Last week on Instagram Live I had the chance to talk on Natali Martinez’s Gutsy Travel Talk. We sipped cocktails and chatted about future plans to move to Portugal, and also about childhood travel memories from the past.
I recalled a 1967 family road trip to Montreal for the World Expo. My parents packed the car with jars of Tang powdered orange drink, Sanka instant coffee, Carnation powdered milk, tins of pecan sweet rolls, packages of styrofoam cups and paper napkins, and an old, yellow electric hot pot kettle. A large jar of peanut butter and box of Saltine crackers also made it into the food bag, with plastic utensils and paper plates.
Our family stayed in a motel in Montreal, using our room’s heater to warm the tins of sweet rolls every morning for breakfast, and washing them down with Tang, milk powder mixed with tap water from the bathroom sink, and hot instant coffee for my parents. For lunch we had the peanut butter and crackers my mother fixed and carried in her purse, wrapped in napkins, every day of the trip. At dinner, we’d go to a small restaurant near the motel, where my father would order one large plate of spaghetti and four extra plates. My mother would then serve each of us three kids a small portion of spaghetti from the main plate, and she and my father would share what was left.
This is how we traveled. Food was not something my dad was going to spend much money on during a trip. Once, my dad’s job gave him a family trip to New York City. We stayed in the Essex House hotel in Central Park — the swankiest accommodations we had ever seen. Tang and the food bag came right along with us.
And this is how I traveled around the world for 70 days as a first-time solo traveler right before my 60th birthday, spending an average of only $50 a day for lodging and food. My dad would have been proud.
I didn’t splurge on elaborate floating breakfast trays, cocktails in soaring skytowers, or showy restaurant dinners. I didn’t give a f*ck about IG-worthy pics when I planned my trip and travel budget. Every hotel, guesthouse, and riad I stayed in included a huge breakfast each day. (I did not stay in any hostels, though there are many beautiful ones with options for private rooms.) I made my own dinners and cocktails, and carried non-perishable breakfast leftovers and a refillable purifying water bottle for all my lunches on the go. On the rare occasions I ordered dinner out I would put half of it in a Ziploc bag I always carried with me, to take and eat for another meal the next day. Some tours also included meals in the price. I shopped for food and alcohol at local markets, grocery stores, and 7-Elevens, carrying my purchases “home” in a foldable backpack. I walked almost everywhere to save money on transportation. I lost more than 10 pounds.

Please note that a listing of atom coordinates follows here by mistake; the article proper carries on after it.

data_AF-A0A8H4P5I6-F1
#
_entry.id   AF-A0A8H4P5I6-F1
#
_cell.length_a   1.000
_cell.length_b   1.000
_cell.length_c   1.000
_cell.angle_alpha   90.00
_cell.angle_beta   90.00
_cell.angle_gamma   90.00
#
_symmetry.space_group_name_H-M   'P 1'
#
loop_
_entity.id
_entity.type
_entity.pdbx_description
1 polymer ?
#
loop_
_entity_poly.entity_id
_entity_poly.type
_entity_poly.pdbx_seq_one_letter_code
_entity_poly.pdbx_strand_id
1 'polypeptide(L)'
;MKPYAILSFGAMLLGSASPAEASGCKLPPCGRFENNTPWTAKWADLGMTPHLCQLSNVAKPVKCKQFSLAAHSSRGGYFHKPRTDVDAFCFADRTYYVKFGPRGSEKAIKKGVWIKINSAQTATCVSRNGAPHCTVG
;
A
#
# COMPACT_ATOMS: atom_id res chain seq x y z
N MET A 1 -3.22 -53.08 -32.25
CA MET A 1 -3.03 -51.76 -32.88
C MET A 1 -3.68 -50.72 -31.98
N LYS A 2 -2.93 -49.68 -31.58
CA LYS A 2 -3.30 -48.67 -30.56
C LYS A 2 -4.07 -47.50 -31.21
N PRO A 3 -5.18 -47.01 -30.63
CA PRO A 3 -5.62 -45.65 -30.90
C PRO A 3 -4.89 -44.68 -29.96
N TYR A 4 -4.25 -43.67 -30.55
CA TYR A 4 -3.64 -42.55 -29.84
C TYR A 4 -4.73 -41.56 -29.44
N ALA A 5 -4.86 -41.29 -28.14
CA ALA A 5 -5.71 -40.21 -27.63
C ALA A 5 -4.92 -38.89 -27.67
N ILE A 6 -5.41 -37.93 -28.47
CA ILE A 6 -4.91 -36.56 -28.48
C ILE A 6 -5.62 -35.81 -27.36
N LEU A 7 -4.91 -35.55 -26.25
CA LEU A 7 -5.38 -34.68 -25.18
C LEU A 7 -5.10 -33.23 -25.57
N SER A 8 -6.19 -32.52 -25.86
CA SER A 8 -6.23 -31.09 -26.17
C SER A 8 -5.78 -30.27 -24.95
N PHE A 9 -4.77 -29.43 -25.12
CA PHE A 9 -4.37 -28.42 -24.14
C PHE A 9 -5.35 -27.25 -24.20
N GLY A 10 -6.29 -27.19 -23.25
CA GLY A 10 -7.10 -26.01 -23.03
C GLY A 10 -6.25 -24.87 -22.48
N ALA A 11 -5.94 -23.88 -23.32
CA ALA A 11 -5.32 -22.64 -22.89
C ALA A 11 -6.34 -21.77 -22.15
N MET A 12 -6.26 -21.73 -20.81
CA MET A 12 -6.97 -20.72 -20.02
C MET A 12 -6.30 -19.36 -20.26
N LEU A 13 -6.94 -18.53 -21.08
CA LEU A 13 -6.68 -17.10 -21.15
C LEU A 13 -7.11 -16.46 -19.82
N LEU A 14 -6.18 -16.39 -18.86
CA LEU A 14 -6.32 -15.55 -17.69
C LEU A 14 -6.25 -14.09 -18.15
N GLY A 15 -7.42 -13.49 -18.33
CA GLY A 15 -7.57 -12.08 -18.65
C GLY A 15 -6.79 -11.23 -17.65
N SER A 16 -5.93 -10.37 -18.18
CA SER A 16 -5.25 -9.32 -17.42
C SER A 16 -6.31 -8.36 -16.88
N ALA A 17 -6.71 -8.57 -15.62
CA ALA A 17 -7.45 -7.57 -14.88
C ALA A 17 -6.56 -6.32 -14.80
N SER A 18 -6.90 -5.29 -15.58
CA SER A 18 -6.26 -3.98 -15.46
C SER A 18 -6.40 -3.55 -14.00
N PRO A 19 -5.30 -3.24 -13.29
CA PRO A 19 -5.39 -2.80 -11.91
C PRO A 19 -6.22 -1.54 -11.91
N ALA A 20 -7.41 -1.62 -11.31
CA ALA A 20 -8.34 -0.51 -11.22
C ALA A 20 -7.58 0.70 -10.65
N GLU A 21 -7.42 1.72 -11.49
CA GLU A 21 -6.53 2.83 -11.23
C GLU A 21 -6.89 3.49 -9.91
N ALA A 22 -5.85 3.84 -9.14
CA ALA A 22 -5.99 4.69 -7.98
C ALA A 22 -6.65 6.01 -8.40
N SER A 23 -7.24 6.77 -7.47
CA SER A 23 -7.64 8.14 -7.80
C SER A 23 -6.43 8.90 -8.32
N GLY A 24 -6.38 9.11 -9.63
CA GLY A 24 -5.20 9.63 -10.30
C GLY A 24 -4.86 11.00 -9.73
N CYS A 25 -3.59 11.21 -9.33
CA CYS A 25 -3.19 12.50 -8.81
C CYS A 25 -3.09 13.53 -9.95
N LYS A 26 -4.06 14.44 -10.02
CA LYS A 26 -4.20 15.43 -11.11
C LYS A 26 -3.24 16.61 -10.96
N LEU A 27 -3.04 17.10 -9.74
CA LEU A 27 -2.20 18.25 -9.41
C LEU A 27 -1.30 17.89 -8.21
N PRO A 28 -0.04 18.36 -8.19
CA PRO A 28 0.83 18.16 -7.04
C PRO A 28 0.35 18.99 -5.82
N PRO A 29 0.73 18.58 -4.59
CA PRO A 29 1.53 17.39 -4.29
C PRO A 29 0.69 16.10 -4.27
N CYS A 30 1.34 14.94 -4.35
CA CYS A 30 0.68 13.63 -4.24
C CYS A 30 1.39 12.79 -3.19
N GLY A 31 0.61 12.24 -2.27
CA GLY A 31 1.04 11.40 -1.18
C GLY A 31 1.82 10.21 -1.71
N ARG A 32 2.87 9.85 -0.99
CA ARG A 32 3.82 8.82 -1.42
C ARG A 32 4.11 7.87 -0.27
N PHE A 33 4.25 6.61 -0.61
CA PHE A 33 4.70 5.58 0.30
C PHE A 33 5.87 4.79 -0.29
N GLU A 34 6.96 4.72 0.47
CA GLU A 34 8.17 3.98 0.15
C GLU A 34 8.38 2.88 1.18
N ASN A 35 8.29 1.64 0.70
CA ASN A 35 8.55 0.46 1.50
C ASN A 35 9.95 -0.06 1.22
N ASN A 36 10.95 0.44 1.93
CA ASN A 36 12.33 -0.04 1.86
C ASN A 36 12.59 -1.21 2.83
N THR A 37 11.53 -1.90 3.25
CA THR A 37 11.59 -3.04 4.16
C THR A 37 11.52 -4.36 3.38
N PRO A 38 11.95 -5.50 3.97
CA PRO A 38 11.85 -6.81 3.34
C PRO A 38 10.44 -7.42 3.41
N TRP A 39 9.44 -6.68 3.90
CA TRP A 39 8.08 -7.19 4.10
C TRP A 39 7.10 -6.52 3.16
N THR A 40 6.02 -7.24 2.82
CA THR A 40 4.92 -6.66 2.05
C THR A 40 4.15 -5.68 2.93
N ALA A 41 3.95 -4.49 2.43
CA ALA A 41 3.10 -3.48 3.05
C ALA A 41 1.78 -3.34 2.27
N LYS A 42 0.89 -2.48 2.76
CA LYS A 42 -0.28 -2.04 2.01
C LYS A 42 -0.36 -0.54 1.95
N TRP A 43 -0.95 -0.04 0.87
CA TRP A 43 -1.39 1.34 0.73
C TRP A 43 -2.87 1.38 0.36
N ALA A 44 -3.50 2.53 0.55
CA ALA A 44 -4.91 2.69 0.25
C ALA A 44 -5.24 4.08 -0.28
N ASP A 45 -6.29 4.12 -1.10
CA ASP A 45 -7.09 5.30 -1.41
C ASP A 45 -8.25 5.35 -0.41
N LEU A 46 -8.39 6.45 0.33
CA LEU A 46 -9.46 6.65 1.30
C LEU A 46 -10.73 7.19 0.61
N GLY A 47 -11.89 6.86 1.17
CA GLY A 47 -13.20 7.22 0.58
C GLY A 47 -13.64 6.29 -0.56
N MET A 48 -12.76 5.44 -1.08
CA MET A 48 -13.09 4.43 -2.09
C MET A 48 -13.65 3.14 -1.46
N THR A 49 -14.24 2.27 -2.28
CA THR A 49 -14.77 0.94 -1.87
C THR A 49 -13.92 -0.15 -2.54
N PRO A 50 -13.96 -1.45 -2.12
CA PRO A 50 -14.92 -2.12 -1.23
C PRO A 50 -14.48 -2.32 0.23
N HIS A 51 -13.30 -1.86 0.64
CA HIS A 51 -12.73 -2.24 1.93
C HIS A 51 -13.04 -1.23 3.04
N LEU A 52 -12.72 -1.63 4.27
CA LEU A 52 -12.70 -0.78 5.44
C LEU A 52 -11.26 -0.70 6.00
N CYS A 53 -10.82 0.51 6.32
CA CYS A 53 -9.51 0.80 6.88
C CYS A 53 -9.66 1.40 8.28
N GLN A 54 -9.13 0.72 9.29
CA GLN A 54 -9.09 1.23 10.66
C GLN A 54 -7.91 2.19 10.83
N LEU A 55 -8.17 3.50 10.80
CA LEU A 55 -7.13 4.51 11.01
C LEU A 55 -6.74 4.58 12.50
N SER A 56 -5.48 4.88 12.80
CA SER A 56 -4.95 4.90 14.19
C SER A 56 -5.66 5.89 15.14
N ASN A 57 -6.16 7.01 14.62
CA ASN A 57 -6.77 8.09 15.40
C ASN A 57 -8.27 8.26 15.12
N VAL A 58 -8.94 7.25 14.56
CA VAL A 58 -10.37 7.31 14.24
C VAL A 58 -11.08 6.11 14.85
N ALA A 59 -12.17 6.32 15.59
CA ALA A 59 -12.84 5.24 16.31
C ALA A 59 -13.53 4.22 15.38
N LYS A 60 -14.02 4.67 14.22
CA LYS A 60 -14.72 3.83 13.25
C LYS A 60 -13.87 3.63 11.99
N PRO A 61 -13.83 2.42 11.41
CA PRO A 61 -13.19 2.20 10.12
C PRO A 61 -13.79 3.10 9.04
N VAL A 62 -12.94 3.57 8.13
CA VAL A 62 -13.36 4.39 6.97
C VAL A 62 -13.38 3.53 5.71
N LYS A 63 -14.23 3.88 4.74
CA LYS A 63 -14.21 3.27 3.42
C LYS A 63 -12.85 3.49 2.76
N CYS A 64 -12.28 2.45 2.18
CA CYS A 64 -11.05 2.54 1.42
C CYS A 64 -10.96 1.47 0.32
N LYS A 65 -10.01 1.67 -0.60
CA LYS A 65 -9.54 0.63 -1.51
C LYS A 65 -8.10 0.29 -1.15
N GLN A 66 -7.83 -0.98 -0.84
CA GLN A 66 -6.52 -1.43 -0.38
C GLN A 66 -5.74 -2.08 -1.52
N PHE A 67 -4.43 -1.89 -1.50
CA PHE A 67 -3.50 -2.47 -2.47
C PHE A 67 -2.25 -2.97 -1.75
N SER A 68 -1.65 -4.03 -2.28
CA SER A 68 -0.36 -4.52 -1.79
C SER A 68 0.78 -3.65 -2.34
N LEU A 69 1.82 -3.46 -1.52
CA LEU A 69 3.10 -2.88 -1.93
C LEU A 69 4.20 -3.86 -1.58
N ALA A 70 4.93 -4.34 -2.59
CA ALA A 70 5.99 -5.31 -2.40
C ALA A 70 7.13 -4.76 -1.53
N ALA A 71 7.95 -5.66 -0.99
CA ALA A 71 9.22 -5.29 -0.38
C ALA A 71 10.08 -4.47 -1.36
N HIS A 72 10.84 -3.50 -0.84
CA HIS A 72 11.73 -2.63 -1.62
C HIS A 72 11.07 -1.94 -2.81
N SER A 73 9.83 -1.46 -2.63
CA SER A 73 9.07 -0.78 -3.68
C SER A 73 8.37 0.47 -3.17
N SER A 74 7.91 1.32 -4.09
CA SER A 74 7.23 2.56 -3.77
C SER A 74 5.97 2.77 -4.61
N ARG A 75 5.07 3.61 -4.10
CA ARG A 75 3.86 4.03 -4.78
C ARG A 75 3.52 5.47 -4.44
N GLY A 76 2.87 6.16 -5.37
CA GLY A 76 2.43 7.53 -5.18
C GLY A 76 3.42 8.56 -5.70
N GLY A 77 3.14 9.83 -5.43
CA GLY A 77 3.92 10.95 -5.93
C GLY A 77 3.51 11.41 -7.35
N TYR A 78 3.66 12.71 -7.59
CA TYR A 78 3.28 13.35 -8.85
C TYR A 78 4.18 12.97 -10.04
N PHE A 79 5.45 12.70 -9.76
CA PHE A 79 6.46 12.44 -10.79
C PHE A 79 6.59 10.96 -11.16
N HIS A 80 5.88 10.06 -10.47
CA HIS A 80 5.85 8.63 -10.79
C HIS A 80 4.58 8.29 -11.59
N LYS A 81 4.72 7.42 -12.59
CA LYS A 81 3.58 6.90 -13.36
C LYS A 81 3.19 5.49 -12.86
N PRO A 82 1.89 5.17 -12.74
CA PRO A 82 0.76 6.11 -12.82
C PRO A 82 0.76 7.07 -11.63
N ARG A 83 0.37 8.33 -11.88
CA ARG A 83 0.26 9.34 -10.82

For 70 days I washed and air dried my clothes. Did my own hair. Used only free Wi-Fi. Got my workouts not from special equipment or classes, but from hiking, carrying groceries (and wine) for miles, walking up and down hundreds of steps multiple times every day. And then there was lugging and lifting the one carryon bag I brought for those 70 days of simple, minimal, authentic living while traveling in Portugal, Morocco, Egypt, Thailand, Indonesia, and Japan.